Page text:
AILSA CHANG, HOST:
Coral reefs are dying around the world. Climate change is one big reason. It's bleaching corals. But climate change is also helping fuel the growth of the coral's ancient enemy, seaweed.
ARI SHAPIRO, HOST:
See; as corals die, seaweed takes over. And, like weeds in your garden, seaweeds can crowd out new corals. Mark Butler is a research professor at Florida International University.
MARK BUTLER: They also produce chemicals that actually can affect the coral's ability to resist disease. They actually can affect coral reproduction through the chemicals these algaes produce.
CHANG: Well, as any gardener will tell you, to fight weeds, you need a weed eater. Enter the Caribbean king crab.
BUTLER: This crab really eats primarily algaes and, in fact, will eat algaes that a lot of other coral reef species, particularly fishes, will turn their noses up, so to speak. They won't eat.
SHAPIRO: In fact, the crabs will eat so much algae that Butler got an idea. Why not bring back more of these native crabs to seaweed-choked reefs in the Florida Keys?
BUTLER: And what we discovered after a year - we looked at these data, and the results really were transformative. They were just amazing.
CHANG: You see; the crabs had mowed down more than half the seaweed. Four times as many baby corals were growing compared to reefs without crabs. And reef-dwelling fish were swimming back, too. The details appear today in the journal Current Biology.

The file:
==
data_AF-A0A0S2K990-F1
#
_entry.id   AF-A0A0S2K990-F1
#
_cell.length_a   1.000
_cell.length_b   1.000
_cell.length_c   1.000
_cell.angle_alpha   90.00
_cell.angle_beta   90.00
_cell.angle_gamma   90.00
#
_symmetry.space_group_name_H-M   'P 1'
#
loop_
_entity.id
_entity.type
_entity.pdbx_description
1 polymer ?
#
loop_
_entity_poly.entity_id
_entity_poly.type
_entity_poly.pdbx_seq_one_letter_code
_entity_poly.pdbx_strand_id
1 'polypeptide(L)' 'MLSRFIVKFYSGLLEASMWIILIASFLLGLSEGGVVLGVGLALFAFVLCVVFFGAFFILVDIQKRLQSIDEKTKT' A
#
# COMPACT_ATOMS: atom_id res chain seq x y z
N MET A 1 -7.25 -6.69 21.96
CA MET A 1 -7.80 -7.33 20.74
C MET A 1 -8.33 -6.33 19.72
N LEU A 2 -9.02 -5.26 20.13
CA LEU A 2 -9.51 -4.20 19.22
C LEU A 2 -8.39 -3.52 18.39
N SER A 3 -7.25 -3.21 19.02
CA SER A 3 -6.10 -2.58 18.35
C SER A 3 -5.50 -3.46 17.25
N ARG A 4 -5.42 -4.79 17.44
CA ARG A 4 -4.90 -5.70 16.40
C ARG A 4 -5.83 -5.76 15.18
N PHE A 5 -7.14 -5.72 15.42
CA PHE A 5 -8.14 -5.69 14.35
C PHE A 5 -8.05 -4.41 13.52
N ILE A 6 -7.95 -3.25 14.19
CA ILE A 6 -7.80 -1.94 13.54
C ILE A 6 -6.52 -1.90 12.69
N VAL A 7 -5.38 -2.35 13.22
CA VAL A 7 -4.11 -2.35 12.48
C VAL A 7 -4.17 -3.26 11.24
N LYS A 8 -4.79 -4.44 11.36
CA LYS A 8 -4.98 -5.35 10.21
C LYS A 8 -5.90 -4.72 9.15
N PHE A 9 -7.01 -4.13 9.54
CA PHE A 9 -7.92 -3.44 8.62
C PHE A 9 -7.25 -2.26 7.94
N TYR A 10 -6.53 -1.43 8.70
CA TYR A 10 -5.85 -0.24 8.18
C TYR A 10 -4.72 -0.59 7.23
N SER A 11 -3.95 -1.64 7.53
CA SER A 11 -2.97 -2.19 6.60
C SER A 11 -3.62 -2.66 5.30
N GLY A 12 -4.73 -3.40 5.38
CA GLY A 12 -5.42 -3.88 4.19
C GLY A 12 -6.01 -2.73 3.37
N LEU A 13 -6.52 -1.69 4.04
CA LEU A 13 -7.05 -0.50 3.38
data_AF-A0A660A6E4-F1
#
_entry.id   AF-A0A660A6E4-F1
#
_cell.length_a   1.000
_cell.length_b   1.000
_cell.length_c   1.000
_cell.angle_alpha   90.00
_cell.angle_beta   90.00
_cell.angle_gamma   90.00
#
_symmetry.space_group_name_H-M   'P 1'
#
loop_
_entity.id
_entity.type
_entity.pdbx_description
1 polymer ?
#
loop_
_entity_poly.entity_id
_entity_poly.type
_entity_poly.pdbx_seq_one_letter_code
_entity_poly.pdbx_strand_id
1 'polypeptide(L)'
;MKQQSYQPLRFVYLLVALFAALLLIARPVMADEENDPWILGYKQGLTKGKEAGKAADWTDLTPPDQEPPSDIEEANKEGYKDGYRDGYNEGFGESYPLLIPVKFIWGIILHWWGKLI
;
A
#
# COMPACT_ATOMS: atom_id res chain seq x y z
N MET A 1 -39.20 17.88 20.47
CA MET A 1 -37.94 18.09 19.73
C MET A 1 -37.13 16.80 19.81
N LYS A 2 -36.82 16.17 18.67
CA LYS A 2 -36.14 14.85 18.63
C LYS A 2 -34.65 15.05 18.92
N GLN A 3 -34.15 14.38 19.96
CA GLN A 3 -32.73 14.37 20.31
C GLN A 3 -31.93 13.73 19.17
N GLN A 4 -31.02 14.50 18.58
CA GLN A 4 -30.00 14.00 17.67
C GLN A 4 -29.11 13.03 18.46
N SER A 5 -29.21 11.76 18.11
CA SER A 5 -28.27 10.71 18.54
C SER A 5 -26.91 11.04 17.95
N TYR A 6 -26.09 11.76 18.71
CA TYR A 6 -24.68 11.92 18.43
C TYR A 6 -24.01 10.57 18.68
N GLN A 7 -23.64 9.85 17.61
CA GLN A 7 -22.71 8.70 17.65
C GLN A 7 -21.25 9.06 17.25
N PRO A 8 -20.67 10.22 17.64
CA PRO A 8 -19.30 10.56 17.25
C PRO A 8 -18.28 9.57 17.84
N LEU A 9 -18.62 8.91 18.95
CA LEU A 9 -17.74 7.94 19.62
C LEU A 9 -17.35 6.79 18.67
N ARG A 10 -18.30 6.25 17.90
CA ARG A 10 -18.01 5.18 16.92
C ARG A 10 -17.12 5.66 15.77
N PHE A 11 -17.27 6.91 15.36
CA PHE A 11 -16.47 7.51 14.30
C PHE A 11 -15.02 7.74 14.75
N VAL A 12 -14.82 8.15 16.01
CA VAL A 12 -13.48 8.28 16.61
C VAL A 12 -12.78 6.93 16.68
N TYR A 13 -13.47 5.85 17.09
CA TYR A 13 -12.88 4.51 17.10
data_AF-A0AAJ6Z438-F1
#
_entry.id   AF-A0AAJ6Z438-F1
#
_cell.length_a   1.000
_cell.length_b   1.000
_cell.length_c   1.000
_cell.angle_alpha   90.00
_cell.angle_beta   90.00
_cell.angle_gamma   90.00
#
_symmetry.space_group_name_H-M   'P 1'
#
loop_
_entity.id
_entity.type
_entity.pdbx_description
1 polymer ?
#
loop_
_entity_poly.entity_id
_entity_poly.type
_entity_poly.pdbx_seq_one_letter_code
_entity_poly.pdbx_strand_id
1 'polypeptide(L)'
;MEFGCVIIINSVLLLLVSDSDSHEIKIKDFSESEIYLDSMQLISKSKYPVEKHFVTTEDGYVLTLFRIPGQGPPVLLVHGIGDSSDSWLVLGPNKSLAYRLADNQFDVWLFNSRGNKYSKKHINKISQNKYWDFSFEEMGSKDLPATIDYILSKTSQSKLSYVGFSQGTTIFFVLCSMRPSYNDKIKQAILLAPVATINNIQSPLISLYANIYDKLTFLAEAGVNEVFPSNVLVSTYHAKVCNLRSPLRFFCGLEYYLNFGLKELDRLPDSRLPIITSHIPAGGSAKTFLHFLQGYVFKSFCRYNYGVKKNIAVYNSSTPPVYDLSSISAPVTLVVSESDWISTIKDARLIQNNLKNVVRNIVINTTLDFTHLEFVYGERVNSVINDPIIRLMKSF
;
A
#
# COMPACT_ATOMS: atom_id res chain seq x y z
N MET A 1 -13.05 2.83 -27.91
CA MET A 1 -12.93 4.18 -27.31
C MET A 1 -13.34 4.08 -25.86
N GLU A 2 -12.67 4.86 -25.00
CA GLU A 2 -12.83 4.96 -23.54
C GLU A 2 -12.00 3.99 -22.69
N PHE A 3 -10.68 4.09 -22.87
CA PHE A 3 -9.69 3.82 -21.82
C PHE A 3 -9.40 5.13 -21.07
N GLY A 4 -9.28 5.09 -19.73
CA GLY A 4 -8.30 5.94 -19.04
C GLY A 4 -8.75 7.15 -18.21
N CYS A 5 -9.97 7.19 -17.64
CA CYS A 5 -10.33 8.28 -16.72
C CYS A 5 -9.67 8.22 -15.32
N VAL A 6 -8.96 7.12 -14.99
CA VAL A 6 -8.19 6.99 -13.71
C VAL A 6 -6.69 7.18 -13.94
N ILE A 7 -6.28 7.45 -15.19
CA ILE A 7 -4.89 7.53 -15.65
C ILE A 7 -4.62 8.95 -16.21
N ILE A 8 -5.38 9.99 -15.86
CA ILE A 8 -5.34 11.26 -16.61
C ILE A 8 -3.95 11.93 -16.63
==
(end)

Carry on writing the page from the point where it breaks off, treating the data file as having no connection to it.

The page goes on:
SHAPIRO: Tom Moore is the Coral Reef Restoration Program manager at the National Oceanic and Atmospheric Administration, which helped fund the work. And he says this discovery is a game-changer that is also scalable.
TOM MOORE: Because not only are the crabs really efficient at what they do in terms of clearing the algae. They're actually really easy to grow. We can go probably in relatively short order from producing just maybe hundreds for experimental purposes to being able to produce tens of thousands for operational restoration purposes.
CHANG: Moore says they won't introduce the crabs outside their native range. But in the Caribbean, at least, these underwater gardeners could give corals a fighting chance. Here's Butler again.
BUTLER: I can honestly say in the 40 so years that I've been working in coastal, tropical marine environments that this is really one of the most astounding results that we have got. And it gives me more hope than almost anything I've done that this can help a lot.
SHAPIRO: But he says to save corals worldwide will require much more than just crabs. We'll need to stop pollution, overfishing and reverse the threat of climate change.
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